Turkey Commissions First Utility-Scale CIS Thin-Film Solar PV Plant

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The first utility-scale CIS thin-film photovoltaic (PV) facility in the country of Turkey was recently commissioned, according to recent reports.

The commissioning of the project followed a fairly rapid development period of around 3 months, which saw the solar modules supplied by Solar Frontier installed at the one-megawatt (MW) facility in the Kayseri Province.

Turkey

Development of the project was spearheaded by the Turkish company Smart Energy Group — which has also been behind numerous solar PV projects elsewhere in the country, and also in Bulgaria, Greece, and Romania.

The company is going to be providing operation and maintenance services to the project as well, it should be noted. Financing for the project was obtained via the Turkish bank Yapi Kredi; and engineering, procurement and construction services were provided by the Bulgarian firm Smart Solar. The utility companies Turkish Electricity Distribution (TEDAS) and Kayseri and Vicinity Electricity Turkish (KCETAS) commissioned the project.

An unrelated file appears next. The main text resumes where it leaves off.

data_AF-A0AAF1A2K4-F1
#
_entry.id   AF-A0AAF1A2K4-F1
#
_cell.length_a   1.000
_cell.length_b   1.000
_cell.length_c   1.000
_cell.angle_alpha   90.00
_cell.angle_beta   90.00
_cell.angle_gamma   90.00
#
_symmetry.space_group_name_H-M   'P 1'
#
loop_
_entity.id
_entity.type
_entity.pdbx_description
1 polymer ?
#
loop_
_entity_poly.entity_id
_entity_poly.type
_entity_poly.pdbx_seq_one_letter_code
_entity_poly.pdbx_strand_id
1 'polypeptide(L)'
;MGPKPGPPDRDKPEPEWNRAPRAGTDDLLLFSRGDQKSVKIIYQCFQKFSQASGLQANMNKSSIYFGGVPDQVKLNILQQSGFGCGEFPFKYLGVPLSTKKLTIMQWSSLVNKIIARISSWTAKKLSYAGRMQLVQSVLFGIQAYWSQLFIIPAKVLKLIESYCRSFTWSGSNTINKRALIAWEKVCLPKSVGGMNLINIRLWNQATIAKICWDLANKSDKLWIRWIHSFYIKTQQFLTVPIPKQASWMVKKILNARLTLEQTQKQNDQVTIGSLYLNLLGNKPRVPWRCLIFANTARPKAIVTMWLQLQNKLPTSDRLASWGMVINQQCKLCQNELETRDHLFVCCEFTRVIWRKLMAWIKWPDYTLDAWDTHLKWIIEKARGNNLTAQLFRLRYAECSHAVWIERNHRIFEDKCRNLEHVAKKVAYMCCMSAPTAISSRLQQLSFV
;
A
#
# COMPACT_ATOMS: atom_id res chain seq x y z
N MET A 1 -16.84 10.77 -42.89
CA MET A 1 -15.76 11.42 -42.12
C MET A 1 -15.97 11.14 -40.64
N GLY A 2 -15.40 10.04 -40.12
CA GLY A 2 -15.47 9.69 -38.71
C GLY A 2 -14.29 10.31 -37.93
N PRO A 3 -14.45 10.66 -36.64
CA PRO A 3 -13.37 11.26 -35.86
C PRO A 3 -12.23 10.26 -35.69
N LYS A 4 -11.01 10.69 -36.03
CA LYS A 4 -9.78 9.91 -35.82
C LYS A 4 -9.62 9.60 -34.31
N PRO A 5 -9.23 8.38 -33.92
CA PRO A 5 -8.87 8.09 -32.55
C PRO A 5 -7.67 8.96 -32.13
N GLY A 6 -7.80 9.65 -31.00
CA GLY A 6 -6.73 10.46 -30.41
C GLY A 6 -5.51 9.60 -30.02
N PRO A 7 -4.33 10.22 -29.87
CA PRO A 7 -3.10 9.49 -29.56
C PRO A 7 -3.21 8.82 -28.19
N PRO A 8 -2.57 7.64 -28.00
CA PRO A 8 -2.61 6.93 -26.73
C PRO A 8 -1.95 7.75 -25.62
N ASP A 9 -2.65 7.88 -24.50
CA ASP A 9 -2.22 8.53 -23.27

“Our latest solar power plant sets a new solar power plant performance benchmark in Turkey because we know what CIS can do compared to other solar energy technologies — in terms of performance, economics and quality,” stated Smart Energy Group’s CEO, Halil Demirdağ.

One of the main reasons for going with the CIS thin-film modality of solar PV is reportedly due to the technology’s strength of operation in high temperatures — despite central Turkey’s occasionally quite high temperature, the project is still expected to deliver good generation levels.

The new Ege Sarioglan GES project features 6,768 of these modules, as well as two 500-kilowatt (kW) central inverters.


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James Ayre

James Ayre's background is predominantly in geopolitics and history, but he has an obsessive interest in pretty much everything. After an early life spent in the Imperial Free City of Dortmund, James followed the river Ruhr to Cofbuokheim, where he attended the University of Astnide. And where he also briefly considered entering the coal mining business. He currently writes for a living, on a broad variety of subjects, ranging from science, to politics, to military history, to renewable energy.

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